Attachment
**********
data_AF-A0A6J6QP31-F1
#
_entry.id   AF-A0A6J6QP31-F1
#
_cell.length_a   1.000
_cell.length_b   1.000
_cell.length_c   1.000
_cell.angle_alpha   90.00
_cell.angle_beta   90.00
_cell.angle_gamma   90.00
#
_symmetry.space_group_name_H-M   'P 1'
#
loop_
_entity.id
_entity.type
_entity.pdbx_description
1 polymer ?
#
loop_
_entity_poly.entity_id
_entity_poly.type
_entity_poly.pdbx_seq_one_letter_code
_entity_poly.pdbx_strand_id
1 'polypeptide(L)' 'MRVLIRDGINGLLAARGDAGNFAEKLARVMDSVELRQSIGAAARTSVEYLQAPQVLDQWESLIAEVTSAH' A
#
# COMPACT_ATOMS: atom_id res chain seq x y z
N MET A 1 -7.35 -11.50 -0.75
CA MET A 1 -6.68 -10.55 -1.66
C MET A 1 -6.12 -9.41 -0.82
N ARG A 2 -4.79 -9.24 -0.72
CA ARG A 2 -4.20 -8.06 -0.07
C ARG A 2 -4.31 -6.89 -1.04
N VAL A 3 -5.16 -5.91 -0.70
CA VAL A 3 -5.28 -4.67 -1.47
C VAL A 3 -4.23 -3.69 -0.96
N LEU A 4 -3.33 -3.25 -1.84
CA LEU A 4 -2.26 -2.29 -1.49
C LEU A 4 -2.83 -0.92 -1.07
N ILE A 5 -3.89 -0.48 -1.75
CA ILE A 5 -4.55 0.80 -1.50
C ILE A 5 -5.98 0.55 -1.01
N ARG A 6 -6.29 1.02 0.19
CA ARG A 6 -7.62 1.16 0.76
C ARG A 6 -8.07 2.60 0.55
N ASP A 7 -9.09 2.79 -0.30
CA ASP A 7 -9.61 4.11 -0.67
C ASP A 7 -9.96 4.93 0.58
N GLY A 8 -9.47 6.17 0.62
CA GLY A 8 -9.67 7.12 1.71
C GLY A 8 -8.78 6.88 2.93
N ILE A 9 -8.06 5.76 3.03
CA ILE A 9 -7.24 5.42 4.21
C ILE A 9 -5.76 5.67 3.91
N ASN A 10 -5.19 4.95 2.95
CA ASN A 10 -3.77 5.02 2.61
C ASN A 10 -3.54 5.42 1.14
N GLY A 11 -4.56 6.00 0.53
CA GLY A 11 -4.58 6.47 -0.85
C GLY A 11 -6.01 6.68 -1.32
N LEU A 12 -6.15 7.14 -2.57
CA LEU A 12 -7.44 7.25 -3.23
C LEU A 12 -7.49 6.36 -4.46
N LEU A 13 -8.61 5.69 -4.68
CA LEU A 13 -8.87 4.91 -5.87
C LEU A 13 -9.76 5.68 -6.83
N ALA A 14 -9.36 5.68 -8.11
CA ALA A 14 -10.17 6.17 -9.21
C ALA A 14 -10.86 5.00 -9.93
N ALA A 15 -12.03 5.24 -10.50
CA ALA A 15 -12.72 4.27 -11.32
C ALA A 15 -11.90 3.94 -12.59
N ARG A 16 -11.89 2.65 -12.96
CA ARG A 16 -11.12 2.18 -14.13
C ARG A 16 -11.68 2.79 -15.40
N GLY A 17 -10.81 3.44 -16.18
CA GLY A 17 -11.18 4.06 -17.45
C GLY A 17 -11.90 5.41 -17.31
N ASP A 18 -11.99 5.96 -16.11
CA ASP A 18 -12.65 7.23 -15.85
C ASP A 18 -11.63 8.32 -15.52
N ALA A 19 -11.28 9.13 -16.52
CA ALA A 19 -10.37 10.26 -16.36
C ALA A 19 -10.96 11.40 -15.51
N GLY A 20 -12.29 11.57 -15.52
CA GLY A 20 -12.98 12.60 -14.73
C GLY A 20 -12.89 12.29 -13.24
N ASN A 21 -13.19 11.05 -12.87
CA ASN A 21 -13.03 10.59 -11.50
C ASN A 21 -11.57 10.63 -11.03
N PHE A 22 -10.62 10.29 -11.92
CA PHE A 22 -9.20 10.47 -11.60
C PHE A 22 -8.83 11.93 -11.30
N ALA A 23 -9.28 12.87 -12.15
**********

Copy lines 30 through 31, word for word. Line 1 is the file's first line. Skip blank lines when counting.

C MET A 1 -6.12 -9.41 -0.82
N ARG A 2 -4.79 -9.24 -0.72